Comments on: Federal Circuit: “Injected Molded” limitation imparts structure (although we can’t define what structure) America's leading patent law blog Wed, 21 Feb 2018 04:43:24 +0000 hourly 1 By: anon Wed, 14 Feb 2018 20:42:17 +0000 Don’t you just love his little “well anon said something so I am going to take the opposite position” reflex that Malcolm (oh so often) engages in?

Even here on this topic, where he gets his “claim objective structure” OPTIONAL wish, he immediately reacted against the patentee.

His cognitive dissonance runs deep…

By: anon Wed, 14 Feb 2018 20:38:27 +0000 I responded to your rather bland “And this happens routinely” in response to the quote from the guy above.

What you said may be a “factual statement,” but it is one that misses the point here. I comment that you may want to stop a second and consider what that missed point may be.

By: 6 Wed, 14 Feb 2018 19:27:54 +0000 “It’s totally obvious in this context. There is no question about that, at least not a serious one that I’ve seen anyone attempt to raise.”

I will raise it. If they don’t have a piece o art showing such, it’ll probably be deemed non-obvious and be allowed. Follow up on the case to watch it get allowed.

By: 6 Wed, 14 Feb 2018 19:26:37 +0000 Fillers are also structural details tardvictimMM. They’re literally little pieces of material in the structure.

By: 6 Wed, 14 Feb 2018 19:25:32 +0000 Geometries are structural tardvictimMM.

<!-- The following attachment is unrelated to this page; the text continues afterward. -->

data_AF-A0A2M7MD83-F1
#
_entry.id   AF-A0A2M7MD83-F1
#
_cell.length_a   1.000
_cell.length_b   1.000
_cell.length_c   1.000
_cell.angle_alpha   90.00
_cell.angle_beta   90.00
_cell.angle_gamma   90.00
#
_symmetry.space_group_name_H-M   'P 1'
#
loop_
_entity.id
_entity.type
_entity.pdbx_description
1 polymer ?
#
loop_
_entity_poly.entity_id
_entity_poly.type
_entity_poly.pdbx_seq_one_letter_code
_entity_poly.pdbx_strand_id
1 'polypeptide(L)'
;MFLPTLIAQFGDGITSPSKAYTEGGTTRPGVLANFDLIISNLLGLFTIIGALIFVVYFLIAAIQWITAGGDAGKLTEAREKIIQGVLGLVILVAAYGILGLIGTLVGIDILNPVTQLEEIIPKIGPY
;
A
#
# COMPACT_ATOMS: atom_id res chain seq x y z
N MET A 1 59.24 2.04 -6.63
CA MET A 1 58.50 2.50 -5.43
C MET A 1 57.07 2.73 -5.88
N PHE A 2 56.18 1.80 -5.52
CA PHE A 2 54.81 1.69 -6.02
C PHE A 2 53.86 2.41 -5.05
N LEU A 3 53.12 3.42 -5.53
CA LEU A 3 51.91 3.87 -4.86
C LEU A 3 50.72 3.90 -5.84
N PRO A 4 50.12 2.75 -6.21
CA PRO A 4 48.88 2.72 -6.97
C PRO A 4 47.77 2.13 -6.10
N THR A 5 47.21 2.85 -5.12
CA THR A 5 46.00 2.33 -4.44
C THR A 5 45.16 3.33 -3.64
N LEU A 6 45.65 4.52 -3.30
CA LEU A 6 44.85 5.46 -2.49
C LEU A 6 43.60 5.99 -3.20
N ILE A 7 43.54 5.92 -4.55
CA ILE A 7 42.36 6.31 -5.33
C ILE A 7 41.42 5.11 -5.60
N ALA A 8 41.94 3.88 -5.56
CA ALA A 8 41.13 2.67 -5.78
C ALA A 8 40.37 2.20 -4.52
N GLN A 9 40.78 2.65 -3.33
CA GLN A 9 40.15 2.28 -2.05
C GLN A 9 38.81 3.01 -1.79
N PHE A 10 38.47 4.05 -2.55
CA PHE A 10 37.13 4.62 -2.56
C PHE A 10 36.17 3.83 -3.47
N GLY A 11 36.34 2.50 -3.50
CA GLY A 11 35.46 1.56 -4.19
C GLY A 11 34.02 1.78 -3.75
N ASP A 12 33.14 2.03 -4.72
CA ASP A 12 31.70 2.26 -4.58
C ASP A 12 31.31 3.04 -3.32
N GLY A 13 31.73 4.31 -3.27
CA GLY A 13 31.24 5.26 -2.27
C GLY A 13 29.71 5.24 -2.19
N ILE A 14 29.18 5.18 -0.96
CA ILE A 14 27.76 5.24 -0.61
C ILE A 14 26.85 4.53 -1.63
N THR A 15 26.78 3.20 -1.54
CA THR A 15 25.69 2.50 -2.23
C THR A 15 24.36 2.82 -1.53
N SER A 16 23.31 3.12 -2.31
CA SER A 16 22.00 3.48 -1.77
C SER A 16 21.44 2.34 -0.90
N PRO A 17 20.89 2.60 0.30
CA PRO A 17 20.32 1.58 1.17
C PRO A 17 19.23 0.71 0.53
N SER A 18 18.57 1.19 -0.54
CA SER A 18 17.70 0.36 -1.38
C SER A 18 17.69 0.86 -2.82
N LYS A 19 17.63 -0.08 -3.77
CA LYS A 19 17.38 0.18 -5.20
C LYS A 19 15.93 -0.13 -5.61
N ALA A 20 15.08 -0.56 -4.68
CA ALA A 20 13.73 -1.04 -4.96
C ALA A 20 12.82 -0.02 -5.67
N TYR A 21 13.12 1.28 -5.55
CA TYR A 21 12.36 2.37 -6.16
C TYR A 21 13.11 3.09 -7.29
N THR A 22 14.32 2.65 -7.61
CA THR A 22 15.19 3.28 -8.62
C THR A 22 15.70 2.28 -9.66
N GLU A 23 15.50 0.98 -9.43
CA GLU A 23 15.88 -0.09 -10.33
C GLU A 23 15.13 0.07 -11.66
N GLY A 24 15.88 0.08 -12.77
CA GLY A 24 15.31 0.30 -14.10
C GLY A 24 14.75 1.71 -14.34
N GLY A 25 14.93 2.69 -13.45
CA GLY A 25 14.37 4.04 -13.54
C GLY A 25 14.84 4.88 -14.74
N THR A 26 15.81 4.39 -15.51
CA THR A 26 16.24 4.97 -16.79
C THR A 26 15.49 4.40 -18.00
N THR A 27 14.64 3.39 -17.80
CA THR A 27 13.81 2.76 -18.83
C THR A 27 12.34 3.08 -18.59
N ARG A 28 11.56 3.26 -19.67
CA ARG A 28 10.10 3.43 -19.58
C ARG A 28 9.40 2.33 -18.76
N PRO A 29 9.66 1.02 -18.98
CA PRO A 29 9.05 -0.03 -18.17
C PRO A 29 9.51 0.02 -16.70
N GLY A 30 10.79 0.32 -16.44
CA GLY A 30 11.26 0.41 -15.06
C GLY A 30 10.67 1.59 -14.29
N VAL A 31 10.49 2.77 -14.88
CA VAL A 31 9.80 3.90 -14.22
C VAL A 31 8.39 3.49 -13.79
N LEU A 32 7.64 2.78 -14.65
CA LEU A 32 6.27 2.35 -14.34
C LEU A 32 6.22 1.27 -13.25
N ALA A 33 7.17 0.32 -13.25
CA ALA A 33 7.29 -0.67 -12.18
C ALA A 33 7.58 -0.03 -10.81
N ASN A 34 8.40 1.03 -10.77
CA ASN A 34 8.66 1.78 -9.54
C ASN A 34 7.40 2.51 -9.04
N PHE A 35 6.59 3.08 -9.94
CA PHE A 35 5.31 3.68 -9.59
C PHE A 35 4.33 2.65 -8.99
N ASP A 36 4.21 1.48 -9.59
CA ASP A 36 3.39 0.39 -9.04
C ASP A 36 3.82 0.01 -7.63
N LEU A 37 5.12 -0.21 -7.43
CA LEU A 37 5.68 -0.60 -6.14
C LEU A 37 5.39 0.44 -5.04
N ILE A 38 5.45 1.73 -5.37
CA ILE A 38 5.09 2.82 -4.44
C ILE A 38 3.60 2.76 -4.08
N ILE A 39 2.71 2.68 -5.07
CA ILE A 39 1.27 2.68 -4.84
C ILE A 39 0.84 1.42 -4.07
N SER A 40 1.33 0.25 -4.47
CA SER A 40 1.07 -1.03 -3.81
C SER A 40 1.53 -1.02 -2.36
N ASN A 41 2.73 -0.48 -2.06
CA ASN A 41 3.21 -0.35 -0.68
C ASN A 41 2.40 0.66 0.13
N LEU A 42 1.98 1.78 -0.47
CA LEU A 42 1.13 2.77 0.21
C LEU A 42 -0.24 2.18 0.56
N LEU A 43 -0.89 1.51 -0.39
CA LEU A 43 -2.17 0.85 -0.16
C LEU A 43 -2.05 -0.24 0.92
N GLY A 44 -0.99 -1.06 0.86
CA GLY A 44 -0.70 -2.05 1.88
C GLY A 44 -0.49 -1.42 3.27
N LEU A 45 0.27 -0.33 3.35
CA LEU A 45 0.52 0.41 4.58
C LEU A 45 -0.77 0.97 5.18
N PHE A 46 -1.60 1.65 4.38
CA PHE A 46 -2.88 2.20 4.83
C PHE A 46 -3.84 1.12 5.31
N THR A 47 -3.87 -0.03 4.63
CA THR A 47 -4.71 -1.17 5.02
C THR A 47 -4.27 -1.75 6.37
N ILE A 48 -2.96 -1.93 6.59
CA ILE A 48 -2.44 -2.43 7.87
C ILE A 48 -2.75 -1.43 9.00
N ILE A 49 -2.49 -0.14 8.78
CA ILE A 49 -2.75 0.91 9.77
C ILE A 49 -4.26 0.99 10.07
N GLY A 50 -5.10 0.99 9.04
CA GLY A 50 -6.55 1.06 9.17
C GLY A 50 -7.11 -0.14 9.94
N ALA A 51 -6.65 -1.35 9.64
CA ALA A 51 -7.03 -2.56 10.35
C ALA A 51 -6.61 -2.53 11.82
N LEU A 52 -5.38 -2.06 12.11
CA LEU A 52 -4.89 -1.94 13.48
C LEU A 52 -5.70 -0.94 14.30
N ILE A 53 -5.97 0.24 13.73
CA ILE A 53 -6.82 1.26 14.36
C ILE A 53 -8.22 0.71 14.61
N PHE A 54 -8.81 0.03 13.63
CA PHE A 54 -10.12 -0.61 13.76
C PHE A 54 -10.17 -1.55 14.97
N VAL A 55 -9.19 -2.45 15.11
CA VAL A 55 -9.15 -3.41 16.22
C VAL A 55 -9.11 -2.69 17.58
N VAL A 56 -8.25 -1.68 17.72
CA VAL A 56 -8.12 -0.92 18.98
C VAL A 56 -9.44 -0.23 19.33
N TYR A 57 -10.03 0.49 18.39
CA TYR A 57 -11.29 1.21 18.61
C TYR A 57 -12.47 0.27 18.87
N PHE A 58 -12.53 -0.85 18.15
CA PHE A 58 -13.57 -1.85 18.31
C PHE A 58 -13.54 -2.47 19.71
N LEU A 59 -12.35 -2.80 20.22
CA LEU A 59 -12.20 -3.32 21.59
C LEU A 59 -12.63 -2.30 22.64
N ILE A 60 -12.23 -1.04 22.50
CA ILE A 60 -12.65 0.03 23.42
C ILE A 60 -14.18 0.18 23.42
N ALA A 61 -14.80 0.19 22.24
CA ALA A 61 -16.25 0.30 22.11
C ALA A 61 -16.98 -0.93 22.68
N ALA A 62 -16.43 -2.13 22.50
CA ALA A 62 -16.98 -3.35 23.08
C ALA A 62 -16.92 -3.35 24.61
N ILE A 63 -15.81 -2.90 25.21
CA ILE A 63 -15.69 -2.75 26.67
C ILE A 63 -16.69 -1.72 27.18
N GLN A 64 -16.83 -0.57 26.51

By: 6 Wed, 14 Feb 2018 19:24:23 +0000 In most arts like this if they can’t find the material being used in a similar situation you’ll probably get the claim allowed MM. Putting an “old material” to use in a new field will quite often get you an allowed claim. Materials science has innovations too bruhzinsky.

By: 6 Wed, 14 Feb 2018 19:19:35 +0000 I’m not sure why you’re responding to me here, you seem to have quoted the guy above. I just said that people wanting to claim injection molded parts never try to do what he suggests in real life, and claiming such is routine. What I said is a factual statement, and nothing about it is ironic and it isn’t up for further discussion so I’m not sure what you’re even saying in your response.

By: anon Mon, 12 Feb 2018 17:35:42 +0000 complex geometries is…


and not structural?

What “definition” of “structure” are YOU using?

By: MM Mon, 12 Feb 2018 17:27:32 +0000 e.g., a continuously and unitarily formed part (integrally formed would have a different meaning), preferably having the stress, flex and other physical characteristics typical of an injection molded part.

[eye roll]

The problem here is that substituting a material used to make part of an apparatus with a known material with known desirable properties is not “innovating.” It’s an obvious variation, and it’s the kind of obvious that you can’t overcome with “secondary factors” because there aren’t any.

By: MM Mon, 12 Feb 2018 17:23:19 +0000 Injection molding does provide special structural properties.

Name them.

You can do more complex geometries with injection molding.

That’s not structure, it’s a functional capability. I can do more complex geometries on clay with my hand than with I can with a hammer. Says nothing about the structure of the clay.

With fillers, you can increase the strength of material.

Again: not structure.

Additionally, you can use multiple types of plastic together.

Not structure. That’s function.

One can question the obviousness of using such a process.

It’s totally obvious in this context. There is no question about that, at least not a serious one that I’ve seen anyone attempt to raise.

there should be no question as to the whether this results in a structural difference. You may need a microscope and/or testing equipment to verify a structural different

Which is why the system frowns upon this kind of game-playing and which is why “injection molded” is a product-by-process limitation.